January saw one essay contest promising its winner a CA$1.7-million mansion in Millarville, Alberta going viral. Shortly after that the Alberta Gaming, Liquor, and Cannabis launched investigation aiming to clarify whether the contest aligns with the existing gambling regulations in the province. As it turned out, the contest is not in direct breach of any existing gaming regulations and this is the conclusion of the investigation.
Around the globe people were fascinated by the seemingly incredible opportunity of winning a spacious house in Alberta with the help of a simple essay in which they have to share how living in the new house would transform their lives. The only fee they have to cover when they send the essay to the current homeowner Alla Wagner is a CA$25 one covering the taxes for sending the letter. The woman decided to try this contest approach, as she found out that selling it the regular way could take way too long.
Investigation Issues Reassuring Conclusion
The controversial thing about it was that ALGC decided to launch an investigation on the nature of the contest. Ever since the beginning of February, an integrated investigation team bringing together the lottery regulator and police officers has been looking into the essay contests details. They wanted to reassure the community that the contest that could grant one convincing individual an impressive home in rural Alberta does not contravene the Alberta Gaming, Liquor, and Cannabis Act or the Criminal Code.
While it allowed the contest to take place, AGLC never issued licensing for a lottery, as the contest has been commonly referred to in the past few weeks. In conclusion, it issued the evaluation that the contest does not breach any existing gaming regulations with its rules and Mrs. Wagner is allowed to continue receiving letters from potential future homeowners. Such investigation was considered necessary, as many complaints were filed with the regulator in the wake of its announcement.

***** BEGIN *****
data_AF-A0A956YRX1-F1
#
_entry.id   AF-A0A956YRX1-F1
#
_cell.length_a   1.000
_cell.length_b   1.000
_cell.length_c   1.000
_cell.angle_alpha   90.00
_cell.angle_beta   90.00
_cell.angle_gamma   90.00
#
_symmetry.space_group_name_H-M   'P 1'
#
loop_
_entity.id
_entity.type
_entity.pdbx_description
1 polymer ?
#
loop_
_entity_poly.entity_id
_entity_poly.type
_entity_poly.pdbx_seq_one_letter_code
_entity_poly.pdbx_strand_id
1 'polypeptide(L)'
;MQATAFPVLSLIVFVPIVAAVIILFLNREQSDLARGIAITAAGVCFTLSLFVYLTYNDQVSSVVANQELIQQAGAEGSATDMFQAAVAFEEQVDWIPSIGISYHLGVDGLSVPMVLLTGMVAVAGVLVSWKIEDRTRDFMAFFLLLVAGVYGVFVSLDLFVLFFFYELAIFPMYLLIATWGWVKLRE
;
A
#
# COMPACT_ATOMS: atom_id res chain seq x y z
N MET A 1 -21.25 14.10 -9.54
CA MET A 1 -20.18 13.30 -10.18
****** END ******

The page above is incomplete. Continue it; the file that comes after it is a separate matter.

The current homeowner was surprised by the need of investigation, as she pointed out that prior to the launch of the contest she referred to Alberta’s gaming regulator and consulted the entire process. While the conversation was in progress, they established that the contest does not match the definition of a traditional lottery and therefore should not be considered one.
April 5 is the Deadline for Participation
She is going to pick the winning letter based on how convincing the writer is and how motivated they are to claim the spacious home. There is no going to be anything random in the choice she makes, therefore the element of chance intrinsic to gambling would not be observed. Mrs. Wagner was well prepared for any potential controversy surrounding her contest and she had prepared in advance by reading all regulations.
As soon as she learned that a probe is in progress she was convinced that the ultimate decision of the regulator would be that the essay contest is legal. Prior to the investigation, the interest in participation was high, but shortly after the announcement, it saw a plunge. In order to reach the CA$1.7-million price tag, there have to be 65,000 individuals sending their one-page essays on the topic.
April 5 is the cut-off date for this contest and after that, the overall number of letters would have to be reduced to the 500 best. A panel of judges is going to pick the best essay among them that would eventually award its author a lavish house. Now that the legality of the contest is set, more people are expected to put pen to paper, or more likely open a new document and enter the contest.